• ethical questions when researching life online

• how (and whether you should) study Twitter

• effects of social media on social interactions

• how to engage diverse audiences

You will also gain analytical skills to critically evaluate previous research, and develop your ability to collect and analyse data using a range of qualitative methods.

Practice and Interpretation of Quantitative Research

Quantitative methods can help you answer questions such as:

• Is income inequality in the UK growing?

• Does marriage improve health?

• Does growing up in a poor neighbourhood affect your life chances?

Analysing representative, large-scale social surveys is crucial for sociologists to understand social processes. This module will introduce you to quantitative methods and how to analyse large data sets using SPSS Statistics software. It will help you engage with published quantitative sociological research and to undertake your own basic quantitative data analysis.

Modern Social Theory

This module will introduce you to the main thinkers and movements in critical social theory. Topics include Marxism, post-structuralism, class and culture. The changing conceptualisation of power and class is a focus throughout the module. This helps you to see how the different theoretical approaches relate to each other, and to historical and political events.

Year Three

Dissertation


Optional modules

Optional modules can vary from year to year. Example optional modules may include:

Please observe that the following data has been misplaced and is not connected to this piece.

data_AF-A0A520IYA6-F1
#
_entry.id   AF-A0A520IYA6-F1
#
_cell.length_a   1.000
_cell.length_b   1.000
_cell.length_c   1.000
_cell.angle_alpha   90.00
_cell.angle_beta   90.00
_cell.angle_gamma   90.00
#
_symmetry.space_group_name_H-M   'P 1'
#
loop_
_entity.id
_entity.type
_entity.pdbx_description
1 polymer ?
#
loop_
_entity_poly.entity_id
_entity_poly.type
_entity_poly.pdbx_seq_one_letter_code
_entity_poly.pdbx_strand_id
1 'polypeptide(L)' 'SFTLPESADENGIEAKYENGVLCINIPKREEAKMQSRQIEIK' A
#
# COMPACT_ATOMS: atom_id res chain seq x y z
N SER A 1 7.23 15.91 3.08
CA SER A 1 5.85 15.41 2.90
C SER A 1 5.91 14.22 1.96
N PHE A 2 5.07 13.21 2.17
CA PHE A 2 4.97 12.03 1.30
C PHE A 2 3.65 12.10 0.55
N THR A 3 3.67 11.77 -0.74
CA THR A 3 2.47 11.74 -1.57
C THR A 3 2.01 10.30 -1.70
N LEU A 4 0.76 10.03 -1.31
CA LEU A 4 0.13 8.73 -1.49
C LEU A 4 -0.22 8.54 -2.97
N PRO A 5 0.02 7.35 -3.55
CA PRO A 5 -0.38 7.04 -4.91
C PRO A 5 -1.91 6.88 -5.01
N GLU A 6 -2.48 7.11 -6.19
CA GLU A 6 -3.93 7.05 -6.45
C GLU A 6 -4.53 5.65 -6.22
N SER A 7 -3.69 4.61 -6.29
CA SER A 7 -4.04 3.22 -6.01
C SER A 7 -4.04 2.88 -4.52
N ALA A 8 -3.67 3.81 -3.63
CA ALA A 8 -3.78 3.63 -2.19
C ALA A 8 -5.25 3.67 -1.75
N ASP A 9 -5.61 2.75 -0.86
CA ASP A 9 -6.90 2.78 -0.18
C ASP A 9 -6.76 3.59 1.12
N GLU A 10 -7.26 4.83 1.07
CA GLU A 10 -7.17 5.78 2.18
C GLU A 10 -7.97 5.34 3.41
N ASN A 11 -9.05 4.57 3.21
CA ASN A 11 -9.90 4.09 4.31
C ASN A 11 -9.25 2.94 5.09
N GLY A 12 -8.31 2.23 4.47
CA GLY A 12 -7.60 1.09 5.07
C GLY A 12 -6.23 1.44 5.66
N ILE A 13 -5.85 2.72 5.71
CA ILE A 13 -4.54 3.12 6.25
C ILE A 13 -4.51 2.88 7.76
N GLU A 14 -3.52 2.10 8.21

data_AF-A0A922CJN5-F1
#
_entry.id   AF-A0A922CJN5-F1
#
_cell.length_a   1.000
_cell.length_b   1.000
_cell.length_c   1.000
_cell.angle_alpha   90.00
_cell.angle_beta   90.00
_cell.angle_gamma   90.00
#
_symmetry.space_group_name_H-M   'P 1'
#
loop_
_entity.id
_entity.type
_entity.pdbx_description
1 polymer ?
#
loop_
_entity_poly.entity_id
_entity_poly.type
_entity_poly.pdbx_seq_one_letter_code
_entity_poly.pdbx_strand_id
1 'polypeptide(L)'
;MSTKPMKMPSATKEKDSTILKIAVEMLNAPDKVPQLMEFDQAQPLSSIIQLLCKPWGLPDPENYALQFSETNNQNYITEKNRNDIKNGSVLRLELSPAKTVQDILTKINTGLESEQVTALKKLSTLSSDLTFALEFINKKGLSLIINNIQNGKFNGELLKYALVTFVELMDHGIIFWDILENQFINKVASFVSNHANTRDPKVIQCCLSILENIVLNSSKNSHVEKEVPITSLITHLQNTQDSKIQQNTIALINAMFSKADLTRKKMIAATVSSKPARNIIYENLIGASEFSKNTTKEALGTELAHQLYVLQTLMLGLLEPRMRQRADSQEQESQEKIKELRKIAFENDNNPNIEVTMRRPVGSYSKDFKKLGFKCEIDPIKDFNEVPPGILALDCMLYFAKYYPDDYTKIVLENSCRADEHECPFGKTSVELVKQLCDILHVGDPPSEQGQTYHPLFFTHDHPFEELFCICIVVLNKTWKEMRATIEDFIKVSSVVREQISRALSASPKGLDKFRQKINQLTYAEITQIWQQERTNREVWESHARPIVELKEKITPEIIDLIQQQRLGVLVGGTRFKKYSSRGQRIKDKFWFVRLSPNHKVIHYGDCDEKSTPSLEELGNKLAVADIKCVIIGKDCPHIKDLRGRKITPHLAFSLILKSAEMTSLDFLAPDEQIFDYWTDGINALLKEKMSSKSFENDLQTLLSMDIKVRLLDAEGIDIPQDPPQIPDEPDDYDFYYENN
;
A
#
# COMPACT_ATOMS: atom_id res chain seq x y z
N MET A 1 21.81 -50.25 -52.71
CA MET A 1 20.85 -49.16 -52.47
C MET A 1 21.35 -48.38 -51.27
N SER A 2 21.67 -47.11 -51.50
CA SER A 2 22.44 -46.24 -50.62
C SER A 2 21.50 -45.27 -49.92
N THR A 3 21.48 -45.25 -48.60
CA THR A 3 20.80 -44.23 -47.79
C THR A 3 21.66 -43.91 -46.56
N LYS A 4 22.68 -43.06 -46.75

Year One
  • Life of Media: Past, Present and Future
  • Sociology of Education
  • Crime and Society
  • Criminology: Theories and Concepts
Year Two
  • Commercial Cultures in Global Capitalism
  • Educational Inequalities
  • Relationship and Family Change: Demographic and Sociological Perspectives
  • Becoming Yourself: The Construction of the Self in Contemporary Western Societies
  • Media, Audiences and Social Change • Political Sociology
  • Gender and Violence
  • Surveillance and Society: Race, Gender, Class
  • Multivariate Secondary Analysis of Social Data
  • Advanced Theory in Criminology and Social Justice
  • Gender, Crime and Justice
  • Beyond the Binary: Trans-forming Gender
  • War, Memory and Society
  • Social Theory of Law
Year Three
  • Social Movements and Political Action
  • Racism and Xenophobia
  • Ethnography and the Anthropological Tradition
  • Transnational Media Ecologies
  • Race, Resistance and Modernity
  • Sociology of Knowledge, Science and Intellectuals
  • Punishment, Justice and Control
  • Feminist Pedagogy/Feminist Activism
  • Postcolonial Theory and Politics
  • Queering Sociology
  • State Crime, Human Rights and Global Wrongs
  • Applying Quantitative Methods to Social Research
  • Experiments in the Social Sciences and Humanities
  • Sociology of End Times
  • Global South and Indigenous Feminisms
  • Social Data Science

Find out more about modules in Sociology.

Optional specialisms